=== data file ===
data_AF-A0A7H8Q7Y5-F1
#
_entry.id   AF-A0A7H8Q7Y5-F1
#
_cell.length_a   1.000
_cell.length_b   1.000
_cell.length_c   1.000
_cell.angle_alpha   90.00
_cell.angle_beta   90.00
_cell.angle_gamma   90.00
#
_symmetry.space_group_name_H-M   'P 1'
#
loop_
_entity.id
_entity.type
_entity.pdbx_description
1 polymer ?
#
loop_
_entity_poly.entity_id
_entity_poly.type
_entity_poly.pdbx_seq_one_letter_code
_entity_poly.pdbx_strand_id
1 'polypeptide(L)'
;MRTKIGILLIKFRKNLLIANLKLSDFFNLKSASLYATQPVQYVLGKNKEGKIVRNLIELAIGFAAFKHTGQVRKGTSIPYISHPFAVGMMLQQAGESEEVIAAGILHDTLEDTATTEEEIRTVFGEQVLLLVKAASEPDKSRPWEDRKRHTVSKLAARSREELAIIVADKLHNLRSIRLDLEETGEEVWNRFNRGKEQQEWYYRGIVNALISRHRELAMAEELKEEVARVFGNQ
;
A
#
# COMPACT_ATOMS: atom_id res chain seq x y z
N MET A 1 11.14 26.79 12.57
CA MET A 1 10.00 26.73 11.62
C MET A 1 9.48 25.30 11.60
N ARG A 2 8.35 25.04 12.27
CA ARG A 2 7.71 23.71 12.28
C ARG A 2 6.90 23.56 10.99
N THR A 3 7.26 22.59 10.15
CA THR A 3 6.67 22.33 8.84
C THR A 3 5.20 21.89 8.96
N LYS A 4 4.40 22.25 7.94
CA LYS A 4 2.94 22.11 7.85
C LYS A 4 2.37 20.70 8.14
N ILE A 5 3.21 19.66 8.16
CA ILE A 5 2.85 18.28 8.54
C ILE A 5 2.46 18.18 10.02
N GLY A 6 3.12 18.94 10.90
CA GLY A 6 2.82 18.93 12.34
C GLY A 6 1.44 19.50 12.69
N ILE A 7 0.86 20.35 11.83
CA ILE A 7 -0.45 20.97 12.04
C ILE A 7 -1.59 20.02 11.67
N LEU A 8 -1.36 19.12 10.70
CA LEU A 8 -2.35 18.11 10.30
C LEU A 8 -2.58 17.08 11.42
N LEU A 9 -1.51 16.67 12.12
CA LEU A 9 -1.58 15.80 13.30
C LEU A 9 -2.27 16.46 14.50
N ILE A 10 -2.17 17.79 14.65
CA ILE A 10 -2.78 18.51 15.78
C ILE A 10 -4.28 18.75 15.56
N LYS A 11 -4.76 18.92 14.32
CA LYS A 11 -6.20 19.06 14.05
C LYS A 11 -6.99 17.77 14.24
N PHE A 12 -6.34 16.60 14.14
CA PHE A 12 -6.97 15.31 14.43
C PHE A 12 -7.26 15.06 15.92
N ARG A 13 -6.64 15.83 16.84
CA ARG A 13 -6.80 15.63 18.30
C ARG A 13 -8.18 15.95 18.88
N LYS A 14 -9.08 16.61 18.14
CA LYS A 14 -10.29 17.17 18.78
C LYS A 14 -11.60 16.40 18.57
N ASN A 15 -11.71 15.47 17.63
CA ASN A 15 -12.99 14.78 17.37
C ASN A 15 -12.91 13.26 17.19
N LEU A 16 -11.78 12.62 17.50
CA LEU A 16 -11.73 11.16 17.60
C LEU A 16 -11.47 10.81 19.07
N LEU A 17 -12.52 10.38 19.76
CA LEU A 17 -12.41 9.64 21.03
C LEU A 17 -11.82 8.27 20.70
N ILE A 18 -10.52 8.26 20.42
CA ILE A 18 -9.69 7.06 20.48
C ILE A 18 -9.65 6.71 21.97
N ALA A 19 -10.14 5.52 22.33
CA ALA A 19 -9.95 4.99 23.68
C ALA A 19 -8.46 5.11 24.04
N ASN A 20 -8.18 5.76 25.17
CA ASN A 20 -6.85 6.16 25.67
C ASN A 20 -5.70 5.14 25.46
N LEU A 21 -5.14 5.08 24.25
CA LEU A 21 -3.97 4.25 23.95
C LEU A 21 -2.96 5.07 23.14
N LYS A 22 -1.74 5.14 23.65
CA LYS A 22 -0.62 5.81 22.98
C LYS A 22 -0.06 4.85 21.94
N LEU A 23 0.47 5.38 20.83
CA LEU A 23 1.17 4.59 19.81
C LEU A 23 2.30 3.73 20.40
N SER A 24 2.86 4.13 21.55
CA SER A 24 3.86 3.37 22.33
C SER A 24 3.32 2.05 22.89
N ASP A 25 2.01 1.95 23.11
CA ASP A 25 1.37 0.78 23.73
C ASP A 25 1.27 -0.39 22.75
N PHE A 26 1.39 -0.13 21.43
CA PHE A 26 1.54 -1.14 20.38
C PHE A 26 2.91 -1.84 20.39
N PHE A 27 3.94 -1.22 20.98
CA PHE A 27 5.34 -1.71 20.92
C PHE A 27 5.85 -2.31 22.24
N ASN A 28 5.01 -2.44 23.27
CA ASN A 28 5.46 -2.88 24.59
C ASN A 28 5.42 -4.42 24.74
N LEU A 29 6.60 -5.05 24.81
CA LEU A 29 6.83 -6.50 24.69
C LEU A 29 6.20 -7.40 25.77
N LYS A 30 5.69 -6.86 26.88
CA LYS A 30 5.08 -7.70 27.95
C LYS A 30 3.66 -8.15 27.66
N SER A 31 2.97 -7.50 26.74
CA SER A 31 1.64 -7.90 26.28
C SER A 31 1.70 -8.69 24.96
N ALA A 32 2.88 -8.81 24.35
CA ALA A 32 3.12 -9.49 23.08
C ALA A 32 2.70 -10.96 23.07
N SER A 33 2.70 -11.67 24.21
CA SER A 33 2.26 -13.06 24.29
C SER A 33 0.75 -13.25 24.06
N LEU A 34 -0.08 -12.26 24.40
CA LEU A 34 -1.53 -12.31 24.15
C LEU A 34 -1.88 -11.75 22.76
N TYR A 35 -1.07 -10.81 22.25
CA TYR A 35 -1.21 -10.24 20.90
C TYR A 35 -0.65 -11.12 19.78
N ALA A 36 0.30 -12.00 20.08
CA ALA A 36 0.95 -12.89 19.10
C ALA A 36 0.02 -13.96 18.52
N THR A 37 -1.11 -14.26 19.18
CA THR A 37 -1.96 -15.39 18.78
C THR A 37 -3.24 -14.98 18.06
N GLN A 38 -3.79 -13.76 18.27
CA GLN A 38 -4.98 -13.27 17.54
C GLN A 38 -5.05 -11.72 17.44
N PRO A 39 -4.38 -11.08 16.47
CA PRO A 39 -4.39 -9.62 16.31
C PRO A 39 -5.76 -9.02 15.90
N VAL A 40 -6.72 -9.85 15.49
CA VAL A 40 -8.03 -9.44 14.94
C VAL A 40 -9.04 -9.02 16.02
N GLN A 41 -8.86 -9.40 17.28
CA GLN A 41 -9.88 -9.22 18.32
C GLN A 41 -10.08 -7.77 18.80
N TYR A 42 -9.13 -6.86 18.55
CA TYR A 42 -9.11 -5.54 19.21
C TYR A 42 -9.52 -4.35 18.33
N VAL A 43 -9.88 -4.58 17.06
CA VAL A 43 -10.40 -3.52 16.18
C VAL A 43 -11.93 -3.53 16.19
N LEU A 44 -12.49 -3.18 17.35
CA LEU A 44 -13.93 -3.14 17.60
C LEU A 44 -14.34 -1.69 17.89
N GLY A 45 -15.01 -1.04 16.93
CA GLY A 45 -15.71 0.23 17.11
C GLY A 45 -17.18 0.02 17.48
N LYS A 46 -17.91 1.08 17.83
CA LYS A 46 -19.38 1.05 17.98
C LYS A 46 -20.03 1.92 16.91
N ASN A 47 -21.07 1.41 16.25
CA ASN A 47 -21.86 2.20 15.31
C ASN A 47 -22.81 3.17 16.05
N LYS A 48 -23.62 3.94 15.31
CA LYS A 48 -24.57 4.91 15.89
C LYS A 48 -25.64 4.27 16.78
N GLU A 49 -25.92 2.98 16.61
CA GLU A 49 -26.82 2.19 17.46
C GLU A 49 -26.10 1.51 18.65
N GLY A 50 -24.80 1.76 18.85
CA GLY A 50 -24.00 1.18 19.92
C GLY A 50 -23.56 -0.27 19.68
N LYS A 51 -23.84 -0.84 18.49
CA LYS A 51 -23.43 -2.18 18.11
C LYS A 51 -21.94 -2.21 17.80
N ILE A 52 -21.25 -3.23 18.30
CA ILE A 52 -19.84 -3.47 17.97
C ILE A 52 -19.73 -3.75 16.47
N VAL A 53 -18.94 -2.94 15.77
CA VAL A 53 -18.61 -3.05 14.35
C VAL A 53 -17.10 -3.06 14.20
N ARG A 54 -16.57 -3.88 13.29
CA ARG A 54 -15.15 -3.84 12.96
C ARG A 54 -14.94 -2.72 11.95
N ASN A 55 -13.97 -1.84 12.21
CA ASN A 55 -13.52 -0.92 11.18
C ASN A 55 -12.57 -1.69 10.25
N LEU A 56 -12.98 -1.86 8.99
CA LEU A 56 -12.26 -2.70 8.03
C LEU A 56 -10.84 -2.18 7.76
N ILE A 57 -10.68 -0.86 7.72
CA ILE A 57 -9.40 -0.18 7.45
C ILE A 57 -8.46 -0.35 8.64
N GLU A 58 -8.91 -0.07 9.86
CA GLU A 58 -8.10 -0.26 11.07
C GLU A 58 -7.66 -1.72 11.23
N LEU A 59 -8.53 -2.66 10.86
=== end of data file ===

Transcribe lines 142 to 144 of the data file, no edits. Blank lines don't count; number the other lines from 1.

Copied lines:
N GLN A 38 -3.79 -13.76 18.27
CA GLN A 38 -4.98 -13.27 17.54
C GLN A 38 -5.05 -11.72 17.44